Date: Mon, 31 Dec 2012 23:24:14 -0500 From: Julian Thomas <firstname.lastname@example.org> To: email@example.com. Subject: Re: Happy New Year Message-ID: <8EFAF74A-12F6-422B-BFDE-AB90BD90B4AD@jt-mj.net> On 31Dec 2012, at 7:00 PM, Telecom Digest Moderator <firstname.lastname@example.org> wrote: > Well, enough of that: I hope you and yours have all the best of 2013. And the same to you! -- Sent from my new iMac Julian Thomas email@example.com http://jt-mj.net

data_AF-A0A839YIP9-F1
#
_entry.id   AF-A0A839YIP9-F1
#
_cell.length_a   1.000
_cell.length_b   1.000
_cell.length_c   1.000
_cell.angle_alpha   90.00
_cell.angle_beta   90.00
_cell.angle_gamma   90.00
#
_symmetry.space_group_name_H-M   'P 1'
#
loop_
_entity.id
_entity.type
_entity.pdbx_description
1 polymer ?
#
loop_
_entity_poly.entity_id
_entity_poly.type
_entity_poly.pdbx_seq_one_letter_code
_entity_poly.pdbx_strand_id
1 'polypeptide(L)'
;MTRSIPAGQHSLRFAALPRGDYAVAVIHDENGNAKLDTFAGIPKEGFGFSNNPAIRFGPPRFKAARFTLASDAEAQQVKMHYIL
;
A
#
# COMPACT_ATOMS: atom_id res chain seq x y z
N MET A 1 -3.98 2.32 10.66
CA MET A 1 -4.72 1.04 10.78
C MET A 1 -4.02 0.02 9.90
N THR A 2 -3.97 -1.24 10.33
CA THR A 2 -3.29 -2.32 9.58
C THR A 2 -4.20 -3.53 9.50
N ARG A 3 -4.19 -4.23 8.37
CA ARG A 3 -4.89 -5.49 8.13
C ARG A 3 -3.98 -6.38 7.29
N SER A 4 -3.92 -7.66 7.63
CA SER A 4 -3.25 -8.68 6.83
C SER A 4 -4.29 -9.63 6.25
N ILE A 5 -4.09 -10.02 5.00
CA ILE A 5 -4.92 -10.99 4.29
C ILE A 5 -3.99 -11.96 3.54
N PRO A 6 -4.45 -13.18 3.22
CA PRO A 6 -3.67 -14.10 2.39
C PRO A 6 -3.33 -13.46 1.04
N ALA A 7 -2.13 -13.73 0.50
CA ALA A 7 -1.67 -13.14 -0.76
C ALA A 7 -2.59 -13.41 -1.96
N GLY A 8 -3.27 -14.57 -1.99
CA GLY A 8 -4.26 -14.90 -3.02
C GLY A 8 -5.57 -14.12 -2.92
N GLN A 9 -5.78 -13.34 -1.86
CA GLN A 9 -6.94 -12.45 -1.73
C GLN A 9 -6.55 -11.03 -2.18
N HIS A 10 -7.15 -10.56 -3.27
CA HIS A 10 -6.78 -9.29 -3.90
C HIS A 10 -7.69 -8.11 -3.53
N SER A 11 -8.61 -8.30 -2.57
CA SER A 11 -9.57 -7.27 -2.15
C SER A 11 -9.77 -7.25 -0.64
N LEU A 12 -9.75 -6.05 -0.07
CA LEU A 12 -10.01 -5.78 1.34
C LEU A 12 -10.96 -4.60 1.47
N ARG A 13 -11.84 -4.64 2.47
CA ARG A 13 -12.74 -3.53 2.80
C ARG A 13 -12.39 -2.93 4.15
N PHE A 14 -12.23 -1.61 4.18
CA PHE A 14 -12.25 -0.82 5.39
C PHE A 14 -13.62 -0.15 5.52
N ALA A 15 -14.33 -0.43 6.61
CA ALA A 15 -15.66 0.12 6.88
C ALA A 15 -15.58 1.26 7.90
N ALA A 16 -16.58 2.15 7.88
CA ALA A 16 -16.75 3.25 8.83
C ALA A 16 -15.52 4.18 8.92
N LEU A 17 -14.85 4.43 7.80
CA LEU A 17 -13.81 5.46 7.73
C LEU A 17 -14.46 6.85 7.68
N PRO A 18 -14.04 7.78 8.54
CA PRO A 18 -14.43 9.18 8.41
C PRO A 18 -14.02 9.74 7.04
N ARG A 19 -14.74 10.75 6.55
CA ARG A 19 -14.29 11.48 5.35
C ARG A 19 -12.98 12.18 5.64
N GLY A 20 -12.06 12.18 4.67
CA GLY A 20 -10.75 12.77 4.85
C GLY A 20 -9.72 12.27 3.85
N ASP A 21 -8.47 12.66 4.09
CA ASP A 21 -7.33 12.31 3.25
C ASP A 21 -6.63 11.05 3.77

Date: Mon, 31 Dec 2012 22:47:44 -0500 From: tlvp <mPiOsUcB.EtLlLvEp@att.net> To: firstname.lastname@example.org. Subject: Re: Verizon Announces End of 900 Number Billing Message-ID: <email@example.com> On 31 Dec 2012 03:28:01 -0000, John Levine wrote: > It's more than that, Verizon owns what's left of MCI ... Does what's left of MCI still include any MCI Mail, aka mcimail.com? Just curious, is all, as a former MCI Mail customer :-) . Cheers, -- tlvp -- Avant de repondre, jeter la poubelle, SVP.